Apple iTV? The iWatch? Bigger iPhones and iPads?
Rumormongering about such mythical products is a regular spectator sport for many Apple watchers.
But after the company said it could post a year-over-year decline in revenue this fiscal year for the first time since 2002, such conjecturing is turning into high-octane pressure for the company to do something, anything, to reboot growth.
"Apple needs to have more products it can sell into its high-priced customer base," said Colin Gillis, an analyst at BGC Partners. "You should have a degree of urgency here."
Concerns about the weak outlook for iPhone growth sent Apple's stock plunging Tuesday — it fell $44, or 8%, to $506.50 — a day after the company reported disappointing fiscal first-quarter earnings. Apple sold 51 million iPhones over the holiday quarter, a record, but also less than the 55 million units analysts had predicted.
More ominous for many investors, though, was a lower-than-expected projection for revenue in the current quarter. Though Apple said there were technical reasons behind its guidance, such as changes in inventory and accounting for revenue, analysts had still assumed that a deal to sell the iPhone through China Mobile, the world's largest carrier, would give Apple a boost.
Instead, analysts wondered whether the disappointing outlook was part of a broader signal that the smartphone market, especially the high end that Apple dominates, is becoming saturated. Indeed, rival Samsung also recently reported disappointing sales and Verizon Wireless also said smartphone activations were slowing.
"Apple is fighting an uphill battle in this market," said Brian White, an analyst at Cantor Fitzgerald. "The smartphone market overall is having problems."
Considering that Apple still makes most of its profits and revenue from the iPhone, the potential for such a slowdown is troubling. As a result, analysts increasingly believe that a dramatic overhaul of existing products, or entering a new product category, is essential if Apple wants to keep growing.
Apple remains mum as always on the subject of new products. On a conference call Monday, analysts asked only timidly about the topic, knowing that it was futile to expect a comment from Apple management.
"I would just say innovation is deeply embedded in everybody here, and there's still so much of the world that is full of very complex products," Apple Chief Executive Tim Cook said in response to one such query. "We have zero issue coming up with things we want to do that we think we can disrupt in a major way. The challenge is always to focus and to do the very few that deserve all of our energy."
But those remarks did nothing to dampen speculation. One option for Apple may be to adjust the size of its iPhones.
Rumors have Apple working on an iPhone with screens as big as 4.7 inches, and possibly an iPhone/iPad hybrid (dubbed awkwardly a "phablet") with a 5.7-inch screen. Either gadget would be bigger than the current 4-inch screen on the iPhone 5s and 5c, and a nod toward the growing popularity of larger smartphones around the world.
"Arguably, they need bigger screens," Gillis said. "The market wants bigger screens."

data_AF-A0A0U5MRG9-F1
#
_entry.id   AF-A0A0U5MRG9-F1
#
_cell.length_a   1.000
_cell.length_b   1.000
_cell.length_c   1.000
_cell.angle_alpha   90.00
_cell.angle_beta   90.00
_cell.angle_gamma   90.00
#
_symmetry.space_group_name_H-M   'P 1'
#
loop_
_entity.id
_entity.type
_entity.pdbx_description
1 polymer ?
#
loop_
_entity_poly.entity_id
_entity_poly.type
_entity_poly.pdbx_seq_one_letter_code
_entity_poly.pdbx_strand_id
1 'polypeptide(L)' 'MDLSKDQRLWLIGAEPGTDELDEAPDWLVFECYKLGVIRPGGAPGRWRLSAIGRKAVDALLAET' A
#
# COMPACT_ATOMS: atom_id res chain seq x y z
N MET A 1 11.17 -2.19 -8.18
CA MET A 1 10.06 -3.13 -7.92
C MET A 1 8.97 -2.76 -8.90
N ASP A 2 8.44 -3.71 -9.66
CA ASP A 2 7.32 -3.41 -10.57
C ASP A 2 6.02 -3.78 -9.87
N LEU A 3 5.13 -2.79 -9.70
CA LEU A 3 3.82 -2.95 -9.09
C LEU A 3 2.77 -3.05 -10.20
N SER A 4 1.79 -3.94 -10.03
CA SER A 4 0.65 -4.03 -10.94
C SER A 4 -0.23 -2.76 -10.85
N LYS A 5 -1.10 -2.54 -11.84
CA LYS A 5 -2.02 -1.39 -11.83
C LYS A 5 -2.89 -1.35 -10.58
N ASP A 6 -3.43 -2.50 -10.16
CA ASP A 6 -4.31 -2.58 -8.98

Such gadgets may even debut as early as late spring or summer, according to some reports. Of course, runaway rumors last year that Apple was working on a cheap iPhone turned out wrong.
Talk of an iWatch has cooled after running hot much of last year, though many observers believe it's natural for Apple to get into the wearables business as a way to extend its ecosystem of products.
But following the earnings release Monday, signals of an update to the Apple TV digital receiver seemed to get louder when the company refreshed its online store to include the gadget as a stand-alone category for the first time. That places it alongside the iPhone, iPad, Macs and the iPod in prominence.
Although the prospect of Apple building a full-fledged TV still seems faraway, there is chatter that Apple may allow developers to start writing apps and games for the $99 set-top box that plugs into a television and enables users to access iTunes content. Over the last year, Apple has dramatically expanded the number of partners offering content through Apple TV.
Also gaining traction is the belief that Apple is working on some kind of digital wallet or payment system. This month, the U.S. Patent and Trademark Office published a patent by Apple for a system of making secure payments through mobile devices.
Part of the thinking is that the new fingerprint sensor that debuted on the iPhone 5s last year, known as Touch ID, will be a gateway for letting users make fast, secure purchases just by touching their iPhone.
"The mobile payments area in general is one that we have been intrigued with and that was one of the thoughts behind Touch ID," Cook said on the conference call. "You can tell by looking at the demographics of our customers and the amount of commerce that goes through iOS devices versus the competition that it's a big opportunity on the platform."
In the meantime, the falling stock price inspired activist investor Carl Icahn to buy an additional $500 million in Apple stock. Icahn, who previously said he owned $3.6 billion in Apple shares, has been pressing the company to use more of its cash to buy back shares to give the stock price a boost.
Apple has said it's reviewing such options, but also needs enough cash on hand to remain flexible and invest in new products and acquisitions. Icahn said the company has plenty of money to do both. Apple's cash on hand grew to $158.8 billion in the most recent quarter, up from $146.76 billion the previous quarter.
"We completely agree that the company must innovate and should be flexible to make prudent strategic acquisitions, yet even after taking such factors into account, we believe that tremendous excess liquidity remains," Icahn wrote in a letter to Apple shareholders last week.
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